The old saying tells us that “the customer is always right,” and successful brands know that there is a lot of wisdom in putting the customer first. After all, the reason your company exists is to provide a solution for some sort of problem that your customer has.
In the business world, the term “pain point” refers to a specific problem that your target audience is experiencing. It is the reason they are looking to your company (or your competitors) for a particular product or service. However, it is easy for businesses to get the pain point wrong or misunderstand what will really engage a target audience member and convert prospects into loyal customers.
This is because the obvious, surface-level pain point does not always address the core customer motivation. To really understand motivation, we have to understand that every human has a core set of psychological needs—such as safety, connection, respect, autonomy and freedom—and that products and services are simply ways to meet those needs.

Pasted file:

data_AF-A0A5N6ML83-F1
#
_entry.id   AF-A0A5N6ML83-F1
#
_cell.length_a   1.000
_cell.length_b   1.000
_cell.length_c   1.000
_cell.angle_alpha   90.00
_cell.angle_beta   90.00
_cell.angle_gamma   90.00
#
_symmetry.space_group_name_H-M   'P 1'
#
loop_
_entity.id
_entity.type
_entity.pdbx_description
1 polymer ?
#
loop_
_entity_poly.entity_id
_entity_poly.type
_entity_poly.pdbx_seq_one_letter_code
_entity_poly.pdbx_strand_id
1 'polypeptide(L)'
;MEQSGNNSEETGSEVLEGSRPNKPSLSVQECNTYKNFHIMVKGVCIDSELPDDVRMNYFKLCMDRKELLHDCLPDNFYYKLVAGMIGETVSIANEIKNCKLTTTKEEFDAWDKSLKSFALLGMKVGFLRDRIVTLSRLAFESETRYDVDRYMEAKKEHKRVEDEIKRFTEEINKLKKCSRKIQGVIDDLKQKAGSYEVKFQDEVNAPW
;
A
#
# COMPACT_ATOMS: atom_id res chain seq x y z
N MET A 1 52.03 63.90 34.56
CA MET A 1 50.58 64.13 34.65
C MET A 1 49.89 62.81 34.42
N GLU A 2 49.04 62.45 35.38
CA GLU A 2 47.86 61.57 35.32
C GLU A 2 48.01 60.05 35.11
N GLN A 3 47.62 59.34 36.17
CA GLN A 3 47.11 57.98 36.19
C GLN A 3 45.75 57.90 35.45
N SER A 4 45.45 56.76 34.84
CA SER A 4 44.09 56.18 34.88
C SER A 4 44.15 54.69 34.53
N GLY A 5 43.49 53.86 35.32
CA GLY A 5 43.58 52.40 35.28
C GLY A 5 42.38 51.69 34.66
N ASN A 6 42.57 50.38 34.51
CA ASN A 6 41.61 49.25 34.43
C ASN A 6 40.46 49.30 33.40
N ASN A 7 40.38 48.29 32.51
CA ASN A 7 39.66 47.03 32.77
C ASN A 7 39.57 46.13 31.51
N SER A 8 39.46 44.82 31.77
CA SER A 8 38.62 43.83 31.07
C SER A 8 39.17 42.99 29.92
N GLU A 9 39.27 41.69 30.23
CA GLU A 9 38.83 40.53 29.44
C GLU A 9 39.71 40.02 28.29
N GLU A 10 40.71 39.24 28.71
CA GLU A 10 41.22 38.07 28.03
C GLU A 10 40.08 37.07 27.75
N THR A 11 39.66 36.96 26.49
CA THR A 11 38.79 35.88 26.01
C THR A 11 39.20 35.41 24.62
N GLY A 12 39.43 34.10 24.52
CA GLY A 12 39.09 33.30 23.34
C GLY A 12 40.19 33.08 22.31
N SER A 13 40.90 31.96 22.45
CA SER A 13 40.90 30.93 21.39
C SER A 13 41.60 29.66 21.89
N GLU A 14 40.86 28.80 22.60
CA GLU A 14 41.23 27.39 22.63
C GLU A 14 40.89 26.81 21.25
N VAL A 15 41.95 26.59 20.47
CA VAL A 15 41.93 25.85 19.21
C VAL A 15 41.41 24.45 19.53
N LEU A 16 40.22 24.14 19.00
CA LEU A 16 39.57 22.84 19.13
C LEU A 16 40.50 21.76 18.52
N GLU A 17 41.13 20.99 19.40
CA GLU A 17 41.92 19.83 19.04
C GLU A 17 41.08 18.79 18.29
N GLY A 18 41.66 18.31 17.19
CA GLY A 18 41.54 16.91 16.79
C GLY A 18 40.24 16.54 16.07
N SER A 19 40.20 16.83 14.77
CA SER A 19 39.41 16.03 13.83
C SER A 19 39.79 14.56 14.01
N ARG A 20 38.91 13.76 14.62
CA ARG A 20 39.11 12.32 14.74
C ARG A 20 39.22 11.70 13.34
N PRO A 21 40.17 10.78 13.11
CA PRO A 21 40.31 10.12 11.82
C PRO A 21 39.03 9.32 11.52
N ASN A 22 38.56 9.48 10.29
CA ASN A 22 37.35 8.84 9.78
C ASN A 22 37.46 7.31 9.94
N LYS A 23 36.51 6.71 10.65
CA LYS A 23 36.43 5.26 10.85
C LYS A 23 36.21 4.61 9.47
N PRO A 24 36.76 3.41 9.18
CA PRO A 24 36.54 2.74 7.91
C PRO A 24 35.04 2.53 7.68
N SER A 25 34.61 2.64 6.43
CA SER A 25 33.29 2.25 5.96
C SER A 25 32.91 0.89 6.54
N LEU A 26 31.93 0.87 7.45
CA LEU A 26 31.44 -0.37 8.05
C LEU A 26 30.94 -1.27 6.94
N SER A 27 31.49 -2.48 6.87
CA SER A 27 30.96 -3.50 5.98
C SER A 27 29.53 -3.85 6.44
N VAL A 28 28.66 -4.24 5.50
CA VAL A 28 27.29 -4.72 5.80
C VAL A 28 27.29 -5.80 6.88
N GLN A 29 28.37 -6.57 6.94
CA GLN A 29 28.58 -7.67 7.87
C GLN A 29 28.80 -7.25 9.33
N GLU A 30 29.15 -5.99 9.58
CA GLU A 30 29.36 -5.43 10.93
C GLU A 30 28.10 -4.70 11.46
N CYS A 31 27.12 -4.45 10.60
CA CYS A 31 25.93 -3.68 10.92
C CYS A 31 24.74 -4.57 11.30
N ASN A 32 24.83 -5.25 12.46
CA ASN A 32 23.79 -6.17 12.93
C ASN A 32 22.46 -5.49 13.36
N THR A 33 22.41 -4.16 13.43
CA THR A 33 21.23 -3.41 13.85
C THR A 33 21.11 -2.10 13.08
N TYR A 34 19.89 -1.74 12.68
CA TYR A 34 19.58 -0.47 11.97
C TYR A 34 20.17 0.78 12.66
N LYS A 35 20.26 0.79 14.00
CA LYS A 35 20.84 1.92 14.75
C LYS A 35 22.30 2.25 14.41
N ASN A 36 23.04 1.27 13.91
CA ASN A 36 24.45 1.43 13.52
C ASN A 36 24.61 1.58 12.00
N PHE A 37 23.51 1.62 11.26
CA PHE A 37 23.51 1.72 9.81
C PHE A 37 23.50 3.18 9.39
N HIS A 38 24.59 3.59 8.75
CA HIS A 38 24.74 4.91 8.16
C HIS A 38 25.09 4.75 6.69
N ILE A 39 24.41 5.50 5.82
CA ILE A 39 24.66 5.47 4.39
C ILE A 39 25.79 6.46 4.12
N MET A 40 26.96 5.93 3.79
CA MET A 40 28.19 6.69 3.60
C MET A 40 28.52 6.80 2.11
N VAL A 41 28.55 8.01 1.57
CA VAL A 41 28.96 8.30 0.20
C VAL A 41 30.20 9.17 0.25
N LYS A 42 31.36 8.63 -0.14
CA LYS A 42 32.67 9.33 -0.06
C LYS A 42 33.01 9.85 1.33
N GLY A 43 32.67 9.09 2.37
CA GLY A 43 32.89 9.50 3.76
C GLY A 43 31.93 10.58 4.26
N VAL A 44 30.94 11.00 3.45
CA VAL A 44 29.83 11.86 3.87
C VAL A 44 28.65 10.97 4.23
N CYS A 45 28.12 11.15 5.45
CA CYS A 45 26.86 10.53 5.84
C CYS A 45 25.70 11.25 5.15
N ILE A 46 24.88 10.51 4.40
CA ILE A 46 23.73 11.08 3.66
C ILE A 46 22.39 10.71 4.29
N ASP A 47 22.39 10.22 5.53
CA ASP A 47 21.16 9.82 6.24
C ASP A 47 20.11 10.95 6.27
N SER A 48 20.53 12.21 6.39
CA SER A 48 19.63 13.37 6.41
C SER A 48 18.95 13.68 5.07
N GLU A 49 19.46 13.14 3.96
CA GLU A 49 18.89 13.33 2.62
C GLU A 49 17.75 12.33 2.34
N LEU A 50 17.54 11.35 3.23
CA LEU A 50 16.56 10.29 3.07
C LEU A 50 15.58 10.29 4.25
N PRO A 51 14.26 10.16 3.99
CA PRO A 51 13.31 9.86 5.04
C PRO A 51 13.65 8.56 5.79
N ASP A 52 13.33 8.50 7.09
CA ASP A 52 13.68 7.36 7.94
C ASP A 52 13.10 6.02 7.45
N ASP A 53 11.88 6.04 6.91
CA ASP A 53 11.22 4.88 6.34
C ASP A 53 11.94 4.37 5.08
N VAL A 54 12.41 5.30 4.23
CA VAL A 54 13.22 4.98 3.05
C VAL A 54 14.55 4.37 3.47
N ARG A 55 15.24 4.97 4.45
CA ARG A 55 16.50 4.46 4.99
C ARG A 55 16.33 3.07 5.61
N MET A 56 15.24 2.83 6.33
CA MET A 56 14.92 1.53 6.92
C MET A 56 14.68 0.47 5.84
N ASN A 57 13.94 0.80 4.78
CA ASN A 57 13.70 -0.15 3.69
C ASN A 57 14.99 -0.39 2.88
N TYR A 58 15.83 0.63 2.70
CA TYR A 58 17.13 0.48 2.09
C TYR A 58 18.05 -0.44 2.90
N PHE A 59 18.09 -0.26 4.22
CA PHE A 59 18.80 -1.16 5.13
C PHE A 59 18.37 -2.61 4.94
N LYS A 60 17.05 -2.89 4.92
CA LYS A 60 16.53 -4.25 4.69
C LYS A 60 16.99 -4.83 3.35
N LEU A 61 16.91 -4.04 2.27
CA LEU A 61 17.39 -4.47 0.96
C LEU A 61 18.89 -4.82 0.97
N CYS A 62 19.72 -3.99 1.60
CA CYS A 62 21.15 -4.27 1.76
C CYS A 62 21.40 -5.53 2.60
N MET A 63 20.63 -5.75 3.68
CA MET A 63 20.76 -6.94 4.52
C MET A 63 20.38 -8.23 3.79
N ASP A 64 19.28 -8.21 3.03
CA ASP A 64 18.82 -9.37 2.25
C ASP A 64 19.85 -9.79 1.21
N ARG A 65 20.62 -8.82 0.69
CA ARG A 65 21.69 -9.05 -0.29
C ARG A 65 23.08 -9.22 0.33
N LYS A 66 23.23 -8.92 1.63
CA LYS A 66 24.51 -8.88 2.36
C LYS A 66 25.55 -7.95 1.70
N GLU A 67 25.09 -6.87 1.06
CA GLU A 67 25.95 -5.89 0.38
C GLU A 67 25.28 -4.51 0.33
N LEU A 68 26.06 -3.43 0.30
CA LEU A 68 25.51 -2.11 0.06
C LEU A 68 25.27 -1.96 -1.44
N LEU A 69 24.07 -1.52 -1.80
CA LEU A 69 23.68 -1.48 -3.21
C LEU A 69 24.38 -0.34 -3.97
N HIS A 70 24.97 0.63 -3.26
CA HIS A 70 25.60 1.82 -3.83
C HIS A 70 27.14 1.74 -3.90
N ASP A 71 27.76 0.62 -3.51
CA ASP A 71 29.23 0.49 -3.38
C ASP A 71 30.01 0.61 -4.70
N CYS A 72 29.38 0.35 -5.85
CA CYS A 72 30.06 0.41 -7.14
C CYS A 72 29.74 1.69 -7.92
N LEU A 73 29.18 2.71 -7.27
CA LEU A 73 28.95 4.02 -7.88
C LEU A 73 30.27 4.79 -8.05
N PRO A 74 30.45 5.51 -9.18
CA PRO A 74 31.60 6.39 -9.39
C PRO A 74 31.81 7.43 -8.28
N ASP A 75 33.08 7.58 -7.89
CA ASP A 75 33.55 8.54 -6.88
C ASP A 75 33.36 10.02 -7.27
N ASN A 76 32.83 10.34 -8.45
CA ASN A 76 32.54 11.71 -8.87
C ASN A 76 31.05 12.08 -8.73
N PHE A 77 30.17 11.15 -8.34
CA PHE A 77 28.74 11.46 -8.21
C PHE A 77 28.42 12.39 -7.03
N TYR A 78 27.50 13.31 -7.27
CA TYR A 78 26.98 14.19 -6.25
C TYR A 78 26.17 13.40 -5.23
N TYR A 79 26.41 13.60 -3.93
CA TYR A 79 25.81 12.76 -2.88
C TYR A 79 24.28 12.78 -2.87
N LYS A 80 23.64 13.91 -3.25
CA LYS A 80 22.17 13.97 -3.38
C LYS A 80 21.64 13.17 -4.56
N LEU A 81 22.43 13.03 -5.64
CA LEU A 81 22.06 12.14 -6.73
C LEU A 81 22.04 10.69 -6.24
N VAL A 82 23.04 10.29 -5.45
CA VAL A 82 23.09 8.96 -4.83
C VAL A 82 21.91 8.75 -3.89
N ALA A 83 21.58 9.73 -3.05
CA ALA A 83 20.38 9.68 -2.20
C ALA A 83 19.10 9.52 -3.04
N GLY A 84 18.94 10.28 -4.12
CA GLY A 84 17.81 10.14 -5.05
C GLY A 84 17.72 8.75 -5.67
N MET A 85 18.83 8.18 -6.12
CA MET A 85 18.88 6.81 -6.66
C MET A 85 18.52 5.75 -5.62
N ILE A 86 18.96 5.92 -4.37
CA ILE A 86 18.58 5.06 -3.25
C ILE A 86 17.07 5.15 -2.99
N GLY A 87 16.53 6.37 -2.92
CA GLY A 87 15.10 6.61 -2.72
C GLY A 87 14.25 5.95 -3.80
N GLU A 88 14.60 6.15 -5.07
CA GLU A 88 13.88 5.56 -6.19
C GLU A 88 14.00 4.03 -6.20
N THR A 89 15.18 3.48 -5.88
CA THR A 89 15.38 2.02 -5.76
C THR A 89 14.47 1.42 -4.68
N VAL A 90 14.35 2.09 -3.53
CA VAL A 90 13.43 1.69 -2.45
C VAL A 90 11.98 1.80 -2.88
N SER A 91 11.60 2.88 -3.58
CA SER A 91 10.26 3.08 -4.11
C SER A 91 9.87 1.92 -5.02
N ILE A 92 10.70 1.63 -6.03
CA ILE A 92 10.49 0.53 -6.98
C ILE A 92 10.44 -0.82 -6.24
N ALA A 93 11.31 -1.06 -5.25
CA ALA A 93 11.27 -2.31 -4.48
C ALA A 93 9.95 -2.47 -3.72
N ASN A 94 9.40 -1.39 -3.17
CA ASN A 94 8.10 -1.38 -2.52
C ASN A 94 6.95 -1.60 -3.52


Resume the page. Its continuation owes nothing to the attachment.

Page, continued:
For example, when John subscribes to a meal catering service, it’s not just because he wants to eat delicious food (although that might be part of the motivation). He subscribes to a meal service because he values his free time and autonomy and doesn’t want to spend hours cooking in the kitchen every week. His pain point is likely a lack of freedom and flexibility in his schedule or perhaps feeling overworked and overwhelmed.
By speaking to this hidden pain point, a meal service is much more likely to get John’s attention and convert him into a loyal customer.
To discover your customers’ hidden pain point, start with the obvious pain point and ask yourself what motivations might lie underneath. Then survey your target demographic and create audience personas so that you can confirm your predictions and narrow in on the core needs and desires your brand fulfills.
ATX The Brand is based in Austin, Texas and partners with startups, corporations, franchises, and Fortune companies to create meaningful change through innovative digital strategy.